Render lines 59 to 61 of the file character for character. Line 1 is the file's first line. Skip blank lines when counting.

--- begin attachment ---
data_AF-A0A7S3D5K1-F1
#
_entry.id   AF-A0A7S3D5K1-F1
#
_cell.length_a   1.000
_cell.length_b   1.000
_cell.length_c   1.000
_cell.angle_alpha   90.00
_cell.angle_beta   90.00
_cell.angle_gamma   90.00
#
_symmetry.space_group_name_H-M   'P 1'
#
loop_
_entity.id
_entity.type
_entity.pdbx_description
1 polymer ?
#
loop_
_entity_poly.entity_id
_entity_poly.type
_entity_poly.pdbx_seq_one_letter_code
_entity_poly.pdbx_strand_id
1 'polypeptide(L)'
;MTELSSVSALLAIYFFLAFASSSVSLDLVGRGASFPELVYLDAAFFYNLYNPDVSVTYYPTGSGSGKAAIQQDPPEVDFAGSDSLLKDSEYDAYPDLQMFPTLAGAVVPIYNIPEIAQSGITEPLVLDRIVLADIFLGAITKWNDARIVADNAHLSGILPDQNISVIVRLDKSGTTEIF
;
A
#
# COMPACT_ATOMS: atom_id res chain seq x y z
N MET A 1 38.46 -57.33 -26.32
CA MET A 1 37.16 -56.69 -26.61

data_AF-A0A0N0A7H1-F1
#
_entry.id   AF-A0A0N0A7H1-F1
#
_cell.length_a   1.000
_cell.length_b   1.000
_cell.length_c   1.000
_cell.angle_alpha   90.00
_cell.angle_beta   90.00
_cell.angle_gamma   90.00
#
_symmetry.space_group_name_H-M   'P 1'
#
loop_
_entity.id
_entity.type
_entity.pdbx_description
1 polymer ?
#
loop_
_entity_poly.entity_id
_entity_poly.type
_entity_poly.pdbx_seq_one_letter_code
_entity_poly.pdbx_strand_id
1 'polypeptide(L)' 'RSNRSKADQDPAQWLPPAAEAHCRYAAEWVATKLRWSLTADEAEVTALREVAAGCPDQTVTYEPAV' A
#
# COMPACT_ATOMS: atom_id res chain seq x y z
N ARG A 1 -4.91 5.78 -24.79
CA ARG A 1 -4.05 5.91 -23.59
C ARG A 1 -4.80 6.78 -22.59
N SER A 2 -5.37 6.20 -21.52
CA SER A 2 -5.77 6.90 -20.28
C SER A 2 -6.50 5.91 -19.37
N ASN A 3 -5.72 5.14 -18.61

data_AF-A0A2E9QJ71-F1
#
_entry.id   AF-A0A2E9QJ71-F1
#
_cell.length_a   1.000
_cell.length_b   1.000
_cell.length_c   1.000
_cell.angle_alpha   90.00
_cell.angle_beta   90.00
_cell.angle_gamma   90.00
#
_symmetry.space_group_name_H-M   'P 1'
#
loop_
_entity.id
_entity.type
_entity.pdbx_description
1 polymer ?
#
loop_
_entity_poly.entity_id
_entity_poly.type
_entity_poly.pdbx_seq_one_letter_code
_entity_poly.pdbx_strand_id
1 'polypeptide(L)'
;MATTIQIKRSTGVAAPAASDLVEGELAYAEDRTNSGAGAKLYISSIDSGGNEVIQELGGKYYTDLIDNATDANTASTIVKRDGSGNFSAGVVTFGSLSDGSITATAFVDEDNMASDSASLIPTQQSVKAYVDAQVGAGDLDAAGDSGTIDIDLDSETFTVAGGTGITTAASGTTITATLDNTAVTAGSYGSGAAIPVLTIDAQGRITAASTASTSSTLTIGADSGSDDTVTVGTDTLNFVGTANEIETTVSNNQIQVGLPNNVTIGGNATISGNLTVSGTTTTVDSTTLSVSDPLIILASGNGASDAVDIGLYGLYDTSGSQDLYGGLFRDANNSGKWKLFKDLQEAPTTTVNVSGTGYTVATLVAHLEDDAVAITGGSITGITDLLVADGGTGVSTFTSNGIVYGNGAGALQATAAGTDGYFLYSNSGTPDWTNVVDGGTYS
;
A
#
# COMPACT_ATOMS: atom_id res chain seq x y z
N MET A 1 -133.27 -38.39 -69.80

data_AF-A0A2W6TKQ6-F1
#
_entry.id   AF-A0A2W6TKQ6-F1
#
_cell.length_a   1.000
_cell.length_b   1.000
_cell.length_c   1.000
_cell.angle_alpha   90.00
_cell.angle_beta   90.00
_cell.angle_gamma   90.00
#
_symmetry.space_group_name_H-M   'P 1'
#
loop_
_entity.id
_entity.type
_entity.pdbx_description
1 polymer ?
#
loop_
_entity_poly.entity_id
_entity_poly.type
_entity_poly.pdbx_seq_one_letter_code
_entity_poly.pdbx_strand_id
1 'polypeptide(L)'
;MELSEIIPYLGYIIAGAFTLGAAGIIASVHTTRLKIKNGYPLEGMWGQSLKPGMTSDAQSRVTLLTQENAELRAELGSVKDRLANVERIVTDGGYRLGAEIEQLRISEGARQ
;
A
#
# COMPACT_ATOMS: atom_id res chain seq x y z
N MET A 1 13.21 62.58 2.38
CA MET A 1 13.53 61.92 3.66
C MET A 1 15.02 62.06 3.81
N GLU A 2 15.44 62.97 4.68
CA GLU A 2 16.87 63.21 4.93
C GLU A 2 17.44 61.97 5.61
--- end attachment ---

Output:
# COMPACT_ATOMS: atom_id res chain seq x y z
N ARG A 1 -4.91 5.78 -24.79
CA ARG A 1 -4.05 5.91 -23.59